Louis Kahn


Bradford F. HerzogLouis I. Kahn was born in 1901 on the Isle of Osel in Estonia. Immigrating with his family to the United States in 1905, he lived in extreme poverty in Philadelphia and attended public schools. As a high school student he won first prize every year in the drawing and painting contests sponsored by the Pennsylvania Academy of Fine Arts. He won a scholarship to the University of Pennsylvania, from which he graduated with a bachelor's degree in architecture in 1924. After travel in Europe, he organized and directed in 1932 and 1933 the Architectural Research Group. His private practice began in 1935. 

Between 1948 and 1957, he was professor of architecture at Yale, following which he became professor of architecture at the University of Pennsylvania, a position he held until his death in 1974. In 1964 he was elected a member of the National Institute of Arts and Letters. He received two honorary degrees, one (Doctor of Architecture) from the Polytechnic Institute of Milan, Italy, the other (Doctor of Humanities) from the North Carolina School of Design, University of North Carolina. In 1965, Mr. Kahn received an honorary doctorate of Fine Arts from Yale University.

Although he struggled for several decades to define his architectural style and obtain commissions, Kahn began to have success after a trip to Egypt, Greece, and Rome, which energized him with the idea of instilling modern buildings with the monumental majesty and spiritual force found in ancient ruins. He obtained his first major commissions in the early 1950s, developing his style and approach with the Yale Art Gallery (1951-53), the Trenton Bathhouse (1954-59), the Richards Medical Towers in Philadelphia (1957-62), and the First Unitarian Church in Rochester, New York (1959-69). His first masterpiece, the Salk Institute for Biological Studies in La Jolla, California (1959-67) laid the groundwork for the buildings he would construct for the rest of his life.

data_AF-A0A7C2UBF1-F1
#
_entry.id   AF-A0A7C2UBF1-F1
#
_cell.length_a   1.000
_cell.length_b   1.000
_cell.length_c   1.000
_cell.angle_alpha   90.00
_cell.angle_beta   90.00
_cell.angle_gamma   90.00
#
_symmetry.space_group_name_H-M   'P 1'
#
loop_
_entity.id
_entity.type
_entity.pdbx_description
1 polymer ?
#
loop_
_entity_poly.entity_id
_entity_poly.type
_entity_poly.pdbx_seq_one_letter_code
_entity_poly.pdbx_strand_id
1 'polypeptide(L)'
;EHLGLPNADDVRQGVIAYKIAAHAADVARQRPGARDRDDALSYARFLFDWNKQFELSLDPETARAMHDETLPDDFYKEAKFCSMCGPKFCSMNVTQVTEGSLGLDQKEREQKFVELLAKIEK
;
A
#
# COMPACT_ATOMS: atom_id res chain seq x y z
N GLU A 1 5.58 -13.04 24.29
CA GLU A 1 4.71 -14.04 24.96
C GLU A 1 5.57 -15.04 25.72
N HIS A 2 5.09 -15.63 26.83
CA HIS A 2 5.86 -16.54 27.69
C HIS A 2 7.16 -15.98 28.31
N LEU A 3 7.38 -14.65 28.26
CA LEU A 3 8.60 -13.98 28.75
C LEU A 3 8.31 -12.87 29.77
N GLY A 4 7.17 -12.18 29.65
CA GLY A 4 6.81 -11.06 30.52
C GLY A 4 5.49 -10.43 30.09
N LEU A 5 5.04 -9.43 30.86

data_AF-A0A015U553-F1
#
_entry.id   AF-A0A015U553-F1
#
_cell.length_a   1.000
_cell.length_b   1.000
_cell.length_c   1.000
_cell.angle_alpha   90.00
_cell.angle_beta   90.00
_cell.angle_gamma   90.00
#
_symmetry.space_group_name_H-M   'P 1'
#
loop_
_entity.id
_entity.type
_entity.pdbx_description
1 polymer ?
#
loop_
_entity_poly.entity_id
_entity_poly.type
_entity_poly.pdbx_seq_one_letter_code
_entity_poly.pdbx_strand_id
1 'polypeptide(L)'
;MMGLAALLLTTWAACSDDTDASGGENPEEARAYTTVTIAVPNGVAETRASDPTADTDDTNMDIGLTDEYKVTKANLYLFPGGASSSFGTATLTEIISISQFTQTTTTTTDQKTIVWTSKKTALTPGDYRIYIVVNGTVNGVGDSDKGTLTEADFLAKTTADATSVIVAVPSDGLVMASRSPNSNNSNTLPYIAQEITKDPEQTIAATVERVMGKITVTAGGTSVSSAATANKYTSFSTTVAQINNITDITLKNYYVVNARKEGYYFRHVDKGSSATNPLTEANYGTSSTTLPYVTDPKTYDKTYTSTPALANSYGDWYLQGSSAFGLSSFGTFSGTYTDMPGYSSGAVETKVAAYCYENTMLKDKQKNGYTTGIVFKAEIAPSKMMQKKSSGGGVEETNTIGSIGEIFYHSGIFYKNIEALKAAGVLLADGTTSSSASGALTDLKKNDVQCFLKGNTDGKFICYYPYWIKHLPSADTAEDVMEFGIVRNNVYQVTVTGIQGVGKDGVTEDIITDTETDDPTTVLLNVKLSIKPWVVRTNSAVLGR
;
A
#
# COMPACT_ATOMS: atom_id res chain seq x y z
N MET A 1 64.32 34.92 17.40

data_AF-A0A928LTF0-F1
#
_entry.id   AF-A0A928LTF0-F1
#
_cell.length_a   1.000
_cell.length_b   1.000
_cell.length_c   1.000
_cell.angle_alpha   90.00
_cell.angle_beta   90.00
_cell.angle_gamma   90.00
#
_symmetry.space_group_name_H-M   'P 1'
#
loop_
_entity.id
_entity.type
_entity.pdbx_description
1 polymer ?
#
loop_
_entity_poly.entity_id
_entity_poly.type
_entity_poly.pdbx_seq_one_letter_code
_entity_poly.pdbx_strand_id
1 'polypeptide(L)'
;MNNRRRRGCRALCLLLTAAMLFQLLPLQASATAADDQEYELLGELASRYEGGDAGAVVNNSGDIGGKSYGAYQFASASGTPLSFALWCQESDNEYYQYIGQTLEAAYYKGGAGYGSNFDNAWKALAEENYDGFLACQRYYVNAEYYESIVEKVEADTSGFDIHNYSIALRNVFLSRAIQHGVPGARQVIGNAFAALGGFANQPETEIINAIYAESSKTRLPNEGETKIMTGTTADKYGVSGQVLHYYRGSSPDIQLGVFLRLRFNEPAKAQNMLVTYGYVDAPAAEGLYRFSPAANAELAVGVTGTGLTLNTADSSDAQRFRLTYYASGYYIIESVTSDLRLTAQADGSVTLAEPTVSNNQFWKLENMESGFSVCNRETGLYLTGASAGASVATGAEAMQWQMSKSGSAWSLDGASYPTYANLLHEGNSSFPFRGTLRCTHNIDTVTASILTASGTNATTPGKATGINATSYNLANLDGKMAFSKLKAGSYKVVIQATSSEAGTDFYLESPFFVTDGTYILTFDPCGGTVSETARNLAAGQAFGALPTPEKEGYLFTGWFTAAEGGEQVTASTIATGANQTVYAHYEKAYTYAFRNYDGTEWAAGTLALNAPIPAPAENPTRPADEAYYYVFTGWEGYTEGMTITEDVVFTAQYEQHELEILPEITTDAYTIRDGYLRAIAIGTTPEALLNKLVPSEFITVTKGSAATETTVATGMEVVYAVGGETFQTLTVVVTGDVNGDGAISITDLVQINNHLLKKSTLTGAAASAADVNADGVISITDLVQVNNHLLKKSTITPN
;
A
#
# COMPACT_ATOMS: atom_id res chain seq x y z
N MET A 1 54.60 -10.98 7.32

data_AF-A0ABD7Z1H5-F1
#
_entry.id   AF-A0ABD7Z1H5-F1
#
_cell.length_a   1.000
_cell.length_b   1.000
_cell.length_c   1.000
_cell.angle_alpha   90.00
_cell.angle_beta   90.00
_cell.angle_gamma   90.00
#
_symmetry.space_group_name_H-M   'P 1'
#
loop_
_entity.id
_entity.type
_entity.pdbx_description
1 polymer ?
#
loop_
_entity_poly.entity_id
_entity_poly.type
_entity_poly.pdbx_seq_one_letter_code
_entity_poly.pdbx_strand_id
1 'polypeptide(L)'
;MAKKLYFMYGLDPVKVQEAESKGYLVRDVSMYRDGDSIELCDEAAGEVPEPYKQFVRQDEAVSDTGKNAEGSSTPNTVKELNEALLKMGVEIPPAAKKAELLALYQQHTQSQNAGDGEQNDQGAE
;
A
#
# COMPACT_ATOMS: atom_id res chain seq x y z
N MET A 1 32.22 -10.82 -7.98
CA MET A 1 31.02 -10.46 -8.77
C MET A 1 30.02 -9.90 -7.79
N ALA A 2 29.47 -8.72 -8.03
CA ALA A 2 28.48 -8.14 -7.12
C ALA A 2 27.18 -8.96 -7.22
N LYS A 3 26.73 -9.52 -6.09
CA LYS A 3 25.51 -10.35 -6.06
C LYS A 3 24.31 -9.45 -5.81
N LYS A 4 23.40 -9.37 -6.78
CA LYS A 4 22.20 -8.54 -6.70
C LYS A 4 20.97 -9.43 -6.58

Bradford F. HerzogWhile he favored simple materials such as brick and concrete, he used them in new ways. One of his favorite sayings was, "I asked the brick, 'What do you like, brick?' And brick said, 'I like an arch.'" In addition to his use of these materials, Kahn is known for his use of natural light. The new library at Exeter, like his other later works, is suffused with light, which changes the character of its spaces depending on time of day, season, and weather.

Besides the Salk Institute, major works include the Library at Phillips Exeter Academy (1967-72), the Kimbell Art Museum in Fort Worth, Texas (1967-72), and the Yale Center for British Art (1969-74). His two largest projects were the Indian Institute of Management in Ahmedabad, India (1962-74) and the Capital Complex at Dhaka, Bangladesh, begun in 1962 and completed after his death in 1974.

He was the author of two books written in collaboration with Oscar Stonorov, Why City Planning Is Your Responsibility and You and Your Neighborhood.

Mr. Kahn's office was in Philadelphia, where he lived until his death. In 1930, he married Esther Israeli, with whom he had a daughter, Sue Ann. Kahn also had two other children by women with whom he had long-running extramarital affairs: Alexandra Tyng, daughter of Anne Tyng, another architect, and Nathaniel Kahn, son of Harriet Pattison, a landscape architect who worked in Kahn's office.

Numerous books on his work are available. For a selected list, see the guide to sources of information.

For more on Louis Kahn and the Academy Library, see "Our Architect," in the Spring 2004 issue of The Exeter Bulletin.

 

Sources:

Armstrong, Rodney. "The New Library." The Phillips Exeter Bulletin 63, Summer 1967:4.

"Louis I. Kahn: Biography." My Architect Presskit. 2003.
     http://www.myarchitectfilm.com/presskit/MyArchitectPressKit.pdf (11 May 2004).

 

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